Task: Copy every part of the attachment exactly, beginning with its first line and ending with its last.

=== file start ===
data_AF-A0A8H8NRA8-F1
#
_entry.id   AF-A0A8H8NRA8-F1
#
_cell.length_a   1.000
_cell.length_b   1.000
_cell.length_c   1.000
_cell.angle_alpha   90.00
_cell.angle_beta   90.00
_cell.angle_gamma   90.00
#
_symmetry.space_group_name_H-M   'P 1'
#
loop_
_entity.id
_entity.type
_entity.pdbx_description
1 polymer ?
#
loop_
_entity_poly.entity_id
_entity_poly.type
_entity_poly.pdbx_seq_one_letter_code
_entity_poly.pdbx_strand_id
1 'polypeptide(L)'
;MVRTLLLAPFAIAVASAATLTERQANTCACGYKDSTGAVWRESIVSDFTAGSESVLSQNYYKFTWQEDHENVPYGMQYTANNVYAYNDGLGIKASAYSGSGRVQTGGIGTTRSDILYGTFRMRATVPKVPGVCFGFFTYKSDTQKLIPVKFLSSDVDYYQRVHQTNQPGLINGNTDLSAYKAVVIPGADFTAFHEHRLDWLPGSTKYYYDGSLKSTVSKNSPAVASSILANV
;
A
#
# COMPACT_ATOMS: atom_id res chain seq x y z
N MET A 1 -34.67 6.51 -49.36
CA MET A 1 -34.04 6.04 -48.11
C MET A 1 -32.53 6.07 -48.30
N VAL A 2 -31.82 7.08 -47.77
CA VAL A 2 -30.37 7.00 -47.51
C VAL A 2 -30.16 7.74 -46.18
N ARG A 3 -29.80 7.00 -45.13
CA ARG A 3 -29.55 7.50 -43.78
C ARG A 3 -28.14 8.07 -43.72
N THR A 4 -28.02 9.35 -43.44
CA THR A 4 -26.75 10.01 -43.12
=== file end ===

data_AF-A0A8H8NRA8-F1
#
_entry.id   AF-A0A8H8NRA8-F1
#
_cell.length_a   1.000
_cell.length_b   1.000
_cell.length_c   1.000
_cell.angle_alpha   90.00
_cell.angle_beta   90.00
_cell.angle_gamma   90.00
#
_symmetry.space_group_name_H-M   'P 1'
#
loop_
_entity.id
_entity.type
_entity.pdbx_description
1 polymer ?
#
loop_
_entity_poly.entity_id
_entity_poly.type
_entity_poly.pdbx_seq_one_letter_code
_entity_poly.pdbx_strand_id
1 'polypeptide(L)'
;MVRTLLLAPFAIAVASAATLTERQANTCACGYKDSTGAVWRESIVSDFTAGSESVLSQNYYKFTWQEDHENVPYGMQYTANNVYAYNDGLGIKASAYSGSGRVQTGGIGTTRSDILYGTFRMRATVPKVPGVCFGFFTYKSDTQKLIPVKFLSSDVDYYQRVHQTNQPGLINGNTDLSAYKAVVIPGADFTAFHEHRLDWLPGSTKYYYDGSLKSTVSKNSPAVASSILANV
;
A
#
# COMPACT_ATOMS: atom_id res chain seq x y z
N MET A 1 -34.67 6.51 -49.36
CA MET A 1 -34.04 6.04 -48.11
C MET A 1 -32.53 6.07 -48.30
N VAL A 2 -31.82 7.08 -47.77
CA VAL A 2 -30.37 7.00 -47.51
C VAL A 2 -30.16 7.74 -46.18
N ARG A 3 -29.80 7.00 -45.13
CA ARG A 3 -29.55 7.50 -43.78
C ARG A 3 -28.14 8.07 -43.72
N THR A 4 -28.02 9.35 -43.44
CA THR A 4 -26.75 10.01 -43.12